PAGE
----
Elevate Difference's Reviews > What You Call Winter: Stories

What You Call Winter by Nalini Jones
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's review
Jan 10, 2009

it was amazing
Read in January, 2009

Nalini Jones’ debut collection centers on the community of Santa Clara, a suburb of Mumbai, India that was built upon echoes of its Catholic faith. What You Call Winter consists of nine interwoven tales spanning three decades in a town where boundaries between family and community have faded like the once brightly colored walls framing the small houses. A sense of familial history is almost always contrasted with fragility, change, and departures. Upon leaving Santa Clara for the United States, characters such as Colleen, whose lover is “no one she could speak of at home,” seem to lose touch completely and forever sever ties maintained by those who remain - despite fleeting contact through letters, phone calls, and periodic trips to the place once called ‘home’.

Most who remain in Santa Clara relish in waiting for their loved ones to return for a holiday or after graduate school, waiting for “wives following husbands, brothers following sisters, elderly parents persuaded to live in suburbs with grandchildren, shopping malls, washing machines.” Others, like 44-year-old Toby, seem to realize only too late in life that leaving was ever an option. It seems to Toby “that his life turned out the way it had from a failure of imagination…he had not dreamt clearly enough for even those things he desired most to materialize.” Jones captures the seemingly paradoxical nature of the small town - so limited, yet overflowing with daily distraction. An elderly Grace is as devoted to The Bold and the Beautiful as she is to her daily prayers and rosary. Essie Almeida spends every afternoon writing letters to her son away at boarding school and every evening agonizing over how to censor the pain she suffers from the letters she’s received in order to hide it from the rest of the family.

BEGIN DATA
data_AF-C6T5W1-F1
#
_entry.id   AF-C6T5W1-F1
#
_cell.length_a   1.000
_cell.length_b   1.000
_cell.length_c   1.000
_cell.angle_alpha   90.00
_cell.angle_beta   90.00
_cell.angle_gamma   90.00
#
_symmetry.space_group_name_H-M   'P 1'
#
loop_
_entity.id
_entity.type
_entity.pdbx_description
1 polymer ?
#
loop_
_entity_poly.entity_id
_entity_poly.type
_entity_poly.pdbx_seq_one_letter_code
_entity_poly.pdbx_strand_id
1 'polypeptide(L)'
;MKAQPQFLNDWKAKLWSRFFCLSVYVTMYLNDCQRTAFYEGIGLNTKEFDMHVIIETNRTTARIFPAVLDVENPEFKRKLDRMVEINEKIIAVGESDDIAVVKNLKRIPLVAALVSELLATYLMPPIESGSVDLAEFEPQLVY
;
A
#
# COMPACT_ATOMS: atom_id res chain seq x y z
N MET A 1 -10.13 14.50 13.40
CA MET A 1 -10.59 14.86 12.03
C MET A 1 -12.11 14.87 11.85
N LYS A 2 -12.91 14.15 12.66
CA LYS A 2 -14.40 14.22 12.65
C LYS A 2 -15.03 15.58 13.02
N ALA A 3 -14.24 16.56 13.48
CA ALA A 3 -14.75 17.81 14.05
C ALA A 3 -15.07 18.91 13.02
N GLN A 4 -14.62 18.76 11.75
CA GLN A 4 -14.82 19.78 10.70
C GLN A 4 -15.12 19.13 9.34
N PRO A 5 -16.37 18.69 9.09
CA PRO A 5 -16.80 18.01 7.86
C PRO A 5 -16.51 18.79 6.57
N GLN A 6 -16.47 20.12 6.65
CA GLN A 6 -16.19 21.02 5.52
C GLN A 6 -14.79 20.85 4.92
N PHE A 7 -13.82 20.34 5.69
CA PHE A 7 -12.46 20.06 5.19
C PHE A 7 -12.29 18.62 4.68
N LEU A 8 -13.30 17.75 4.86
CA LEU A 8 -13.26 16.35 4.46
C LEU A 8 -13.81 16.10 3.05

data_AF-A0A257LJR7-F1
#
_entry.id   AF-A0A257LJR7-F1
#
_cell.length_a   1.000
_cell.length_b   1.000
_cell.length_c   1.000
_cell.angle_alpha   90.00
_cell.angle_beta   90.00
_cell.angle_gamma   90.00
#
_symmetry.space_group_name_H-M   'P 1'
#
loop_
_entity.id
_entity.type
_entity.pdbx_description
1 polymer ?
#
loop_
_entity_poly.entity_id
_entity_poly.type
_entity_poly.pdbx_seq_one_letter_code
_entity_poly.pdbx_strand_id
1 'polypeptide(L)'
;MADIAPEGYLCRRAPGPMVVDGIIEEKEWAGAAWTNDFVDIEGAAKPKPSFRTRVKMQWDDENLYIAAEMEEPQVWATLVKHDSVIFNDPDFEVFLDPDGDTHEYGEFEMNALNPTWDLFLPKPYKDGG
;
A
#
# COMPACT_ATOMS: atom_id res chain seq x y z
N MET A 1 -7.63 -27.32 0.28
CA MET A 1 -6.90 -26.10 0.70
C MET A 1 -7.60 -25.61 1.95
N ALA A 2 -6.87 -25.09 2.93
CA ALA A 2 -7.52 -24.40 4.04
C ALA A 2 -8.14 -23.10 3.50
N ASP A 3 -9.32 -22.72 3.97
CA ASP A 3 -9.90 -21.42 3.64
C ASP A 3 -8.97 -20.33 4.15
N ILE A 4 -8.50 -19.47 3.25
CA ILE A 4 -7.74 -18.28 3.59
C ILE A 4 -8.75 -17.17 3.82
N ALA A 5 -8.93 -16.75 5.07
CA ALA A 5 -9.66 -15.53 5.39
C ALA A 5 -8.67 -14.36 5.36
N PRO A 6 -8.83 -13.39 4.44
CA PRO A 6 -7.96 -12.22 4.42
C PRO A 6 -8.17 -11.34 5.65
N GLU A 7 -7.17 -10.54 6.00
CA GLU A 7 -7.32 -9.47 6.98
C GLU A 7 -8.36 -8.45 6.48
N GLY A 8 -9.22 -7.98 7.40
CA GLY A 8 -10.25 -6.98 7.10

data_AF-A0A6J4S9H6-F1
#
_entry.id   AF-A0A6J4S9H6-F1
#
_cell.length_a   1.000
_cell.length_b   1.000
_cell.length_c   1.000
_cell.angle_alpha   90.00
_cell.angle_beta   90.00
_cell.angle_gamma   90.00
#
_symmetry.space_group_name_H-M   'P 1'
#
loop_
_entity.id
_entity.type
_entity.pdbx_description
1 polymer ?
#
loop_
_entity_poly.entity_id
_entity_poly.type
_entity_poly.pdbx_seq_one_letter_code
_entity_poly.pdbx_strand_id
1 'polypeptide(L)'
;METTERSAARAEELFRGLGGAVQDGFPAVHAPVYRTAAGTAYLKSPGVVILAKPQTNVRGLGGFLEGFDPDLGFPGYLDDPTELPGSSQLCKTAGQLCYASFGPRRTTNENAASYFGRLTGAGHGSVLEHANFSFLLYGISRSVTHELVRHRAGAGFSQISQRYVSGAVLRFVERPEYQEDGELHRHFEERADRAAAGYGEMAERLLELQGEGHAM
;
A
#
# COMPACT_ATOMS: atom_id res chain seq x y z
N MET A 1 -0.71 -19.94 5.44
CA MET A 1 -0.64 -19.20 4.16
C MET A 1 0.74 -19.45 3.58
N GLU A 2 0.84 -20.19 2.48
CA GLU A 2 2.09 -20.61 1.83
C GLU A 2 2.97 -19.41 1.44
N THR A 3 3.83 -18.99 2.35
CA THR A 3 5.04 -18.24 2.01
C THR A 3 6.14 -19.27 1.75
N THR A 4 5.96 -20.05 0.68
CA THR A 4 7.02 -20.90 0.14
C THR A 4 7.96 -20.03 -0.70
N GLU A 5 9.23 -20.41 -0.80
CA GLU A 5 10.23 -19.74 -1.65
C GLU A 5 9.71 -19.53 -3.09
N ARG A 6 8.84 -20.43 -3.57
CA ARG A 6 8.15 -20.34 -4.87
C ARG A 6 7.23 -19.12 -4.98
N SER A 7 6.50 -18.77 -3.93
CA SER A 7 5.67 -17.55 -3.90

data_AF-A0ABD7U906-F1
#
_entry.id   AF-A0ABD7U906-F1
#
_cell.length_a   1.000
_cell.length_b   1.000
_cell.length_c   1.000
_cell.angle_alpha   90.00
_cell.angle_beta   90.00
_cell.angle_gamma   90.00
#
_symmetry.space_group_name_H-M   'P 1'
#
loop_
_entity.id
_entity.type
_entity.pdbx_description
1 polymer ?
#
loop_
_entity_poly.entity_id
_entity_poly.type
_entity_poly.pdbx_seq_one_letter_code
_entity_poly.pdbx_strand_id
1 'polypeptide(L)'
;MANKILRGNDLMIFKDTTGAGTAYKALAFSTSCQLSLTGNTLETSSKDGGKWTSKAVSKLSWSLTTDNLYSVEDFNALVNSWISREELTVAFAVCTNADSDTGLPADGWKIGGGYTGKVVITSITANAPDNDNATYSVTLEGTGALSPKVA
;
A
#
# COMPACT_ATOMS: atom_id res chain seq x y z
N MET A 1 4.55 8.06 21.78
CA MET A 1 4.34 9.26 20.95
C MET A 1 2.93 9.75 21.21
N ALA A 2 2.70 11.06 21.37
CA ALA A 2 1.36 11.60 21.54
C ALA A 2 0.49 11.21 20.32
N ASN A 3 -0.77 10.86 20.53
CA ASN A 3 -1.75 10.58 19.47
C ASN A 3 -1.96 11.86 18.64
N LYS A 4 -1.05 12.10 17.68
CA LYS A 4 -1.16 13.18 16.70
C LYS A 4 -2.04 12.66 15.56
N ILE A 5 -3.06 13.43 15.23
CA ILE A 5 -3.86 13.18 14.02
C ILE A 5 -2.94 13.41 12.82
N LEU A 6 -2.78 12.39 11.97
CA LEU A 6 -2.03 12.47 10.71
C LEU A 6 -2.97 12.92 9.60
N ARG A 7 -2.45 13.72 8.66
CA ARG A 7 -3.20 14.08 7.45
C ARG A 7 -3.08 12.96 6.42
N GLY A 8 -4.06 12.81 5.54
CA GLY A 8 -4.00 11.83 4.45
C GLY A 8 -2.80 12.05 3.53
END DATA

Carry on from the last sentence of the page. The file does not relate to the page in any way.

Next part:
Jones’ characters are often faced with an overwhelming sense of loneliness as they struggle to belong in an ever-changing yet intricately traditional context where what is left unsaid is often the most telling. When Marian returns to India to visit her sick father, she brings her new friend Vee and leaves her family home in Cincinnati. It is the plane ride that awakens her solitude, her invisibility: “Some essential part of her was out of reach, turned away like the far side of the moon no matter how they moved around each other.”

Later in the collection the reader catches a glimpse of an adolescent Marian as she struggles to reacquaint herself with her brother upon his return from boarding school. After learning that her mother had been censoring his pleas to come home in fear of the opportunities he will lose, Marian discovers an encroaching “current of…violence running through her family.” She does not come to realize the magnitude of her brother’s suffering until years later, leaving the reader to trace the tragic genealogy of silence to Marian’s own young daughter. What You Call Winter is a captivating and polished collection that questions the notions of home and belonging in the face of solitude and lost innocence.

Review by Melissa McCarron

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